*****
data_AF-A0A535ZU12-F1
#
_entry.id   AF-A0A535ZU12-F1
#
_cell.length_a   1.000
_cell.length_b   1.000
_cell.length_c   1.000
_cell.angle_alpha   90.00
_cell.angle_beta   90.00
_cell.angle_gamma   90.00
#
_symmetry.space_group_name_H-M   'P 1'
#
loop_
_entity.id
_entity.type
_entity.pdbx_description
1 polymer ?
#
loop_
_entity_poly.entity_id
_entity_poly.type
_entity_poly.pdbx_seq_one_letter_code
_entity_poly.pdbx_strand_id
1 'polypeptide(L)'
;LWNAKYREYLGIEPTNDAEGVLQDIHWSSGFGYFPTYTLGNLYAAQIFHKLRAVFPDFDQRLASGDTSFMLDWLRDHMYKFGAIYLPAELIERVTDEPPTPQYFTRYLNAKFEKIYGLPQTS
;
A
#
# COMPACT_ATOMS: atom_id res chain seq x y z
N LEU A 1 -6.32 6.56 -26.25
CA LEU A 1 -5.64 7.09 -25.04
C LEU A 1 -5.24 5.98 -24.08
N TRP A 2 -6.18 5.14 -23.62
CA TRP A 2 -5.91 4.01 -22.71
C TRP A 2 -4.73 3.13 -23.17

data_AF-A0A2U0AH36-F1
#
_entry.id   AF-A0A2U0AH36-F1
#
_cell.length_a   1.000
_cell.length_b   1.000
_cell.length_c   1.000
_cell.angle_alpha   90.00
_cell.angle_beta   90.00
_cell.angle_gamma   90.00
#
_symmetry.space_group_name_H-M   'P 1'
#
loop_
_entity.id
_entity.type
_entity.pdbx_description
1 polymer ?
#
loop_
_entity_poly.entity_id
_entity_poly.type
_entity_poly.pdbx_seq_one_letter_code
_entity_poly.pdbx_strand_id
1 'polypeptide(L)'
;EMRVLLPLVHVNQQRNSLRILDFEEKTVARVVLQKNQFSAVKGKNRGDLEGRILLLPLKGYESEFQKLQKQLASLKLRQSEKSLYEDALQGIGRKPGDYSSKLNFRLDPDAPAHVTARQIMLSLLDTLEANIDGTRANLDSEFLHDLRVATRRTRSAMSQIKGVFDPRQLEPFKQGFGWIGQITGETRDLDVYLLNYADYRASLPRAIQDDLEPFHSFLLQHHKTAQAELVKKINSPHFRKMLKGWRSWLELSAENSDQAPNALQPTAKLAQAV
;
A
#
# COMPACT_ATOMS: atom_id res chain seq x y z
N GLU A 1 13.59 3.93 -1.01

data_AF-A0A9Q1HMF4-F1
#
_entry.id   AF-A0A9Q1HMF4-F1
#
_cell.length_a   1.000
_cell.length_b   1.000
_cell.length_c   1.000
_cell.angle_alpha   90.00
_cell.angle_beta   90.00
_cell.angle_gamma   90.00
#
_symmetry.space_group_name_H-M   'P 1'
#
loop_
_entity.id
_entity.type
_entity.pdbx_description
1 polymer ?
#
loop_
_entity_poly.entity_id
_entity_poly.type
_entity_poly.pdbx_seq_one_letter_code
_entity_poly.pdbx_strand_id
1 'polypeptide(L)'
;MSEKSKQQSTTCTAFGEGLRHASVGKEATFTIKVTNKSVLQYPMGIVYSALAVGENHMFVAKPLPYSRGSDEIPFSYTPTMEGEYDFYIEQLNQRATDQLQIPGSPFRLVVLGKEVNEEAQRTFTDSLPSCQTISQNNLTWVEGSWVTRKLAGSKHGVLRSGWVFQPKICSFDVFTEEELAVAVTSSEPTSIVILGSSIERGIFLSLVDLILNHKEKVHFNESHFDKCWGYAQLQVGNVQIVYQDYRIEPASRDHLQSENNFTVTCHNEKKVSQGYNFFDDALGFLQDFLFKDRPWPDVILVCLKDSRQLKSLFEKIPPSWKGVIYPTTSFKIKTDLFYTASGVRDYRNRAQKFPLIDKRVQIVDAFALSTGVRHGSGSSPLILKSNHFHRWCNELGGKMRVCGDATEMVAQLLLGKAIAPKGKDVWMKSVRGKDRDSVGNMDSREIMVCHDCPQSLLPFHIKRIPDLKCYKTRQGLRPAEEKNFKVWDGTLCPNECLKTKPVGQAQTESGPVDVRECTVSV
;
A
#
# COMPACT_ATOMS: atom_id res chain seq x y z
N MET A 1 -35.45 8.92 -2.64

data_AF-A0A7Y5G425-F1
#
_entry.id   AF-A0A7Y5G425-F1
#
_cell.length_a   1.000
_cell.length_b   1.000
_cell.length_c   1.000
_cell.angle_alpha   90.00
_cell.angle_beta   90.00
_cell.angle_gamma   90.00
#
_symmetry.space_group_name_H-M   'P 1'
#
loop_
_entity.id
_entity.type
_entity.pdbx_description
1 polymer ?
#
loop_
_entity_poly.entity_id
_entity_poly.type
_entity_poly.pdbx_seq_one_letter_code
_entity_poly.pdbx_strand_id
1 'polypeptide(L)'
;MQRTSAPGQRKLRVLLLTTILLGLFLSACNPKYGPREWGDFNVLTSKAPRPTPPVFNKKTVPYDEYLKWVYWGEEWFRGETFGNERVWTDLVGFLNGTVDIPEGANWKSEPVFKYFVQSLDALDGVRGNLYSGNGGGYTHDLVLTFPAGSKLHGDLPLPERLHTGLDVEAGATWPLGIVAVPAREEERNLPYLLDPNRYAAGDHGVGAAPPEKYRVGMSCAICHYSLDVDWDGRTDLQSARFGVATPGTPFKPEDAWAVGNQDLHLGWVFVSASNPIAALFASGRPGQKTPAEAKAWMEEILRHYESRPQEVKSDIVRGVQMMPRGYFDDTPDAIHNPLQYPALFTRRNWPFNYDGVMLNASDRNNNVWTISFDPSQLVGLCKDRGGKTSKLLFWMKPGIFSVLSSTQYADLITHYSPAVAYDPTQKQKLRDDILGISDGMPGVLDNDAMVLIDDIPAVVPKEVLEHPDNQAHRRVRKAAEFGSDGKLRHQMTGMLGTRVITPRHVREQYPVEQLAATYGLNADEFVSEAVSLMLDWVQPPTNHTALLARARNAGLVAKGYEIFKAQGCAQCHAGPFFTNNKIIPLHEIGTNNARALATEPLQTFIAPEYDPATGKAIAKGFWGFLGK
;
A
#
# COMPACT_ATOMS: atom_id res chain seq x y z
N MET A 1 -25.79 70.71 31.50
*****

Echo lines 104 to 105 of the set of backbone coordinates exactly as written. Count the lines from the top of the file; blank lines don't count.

_cell.length_b   1.000
_cell.length_c   1.000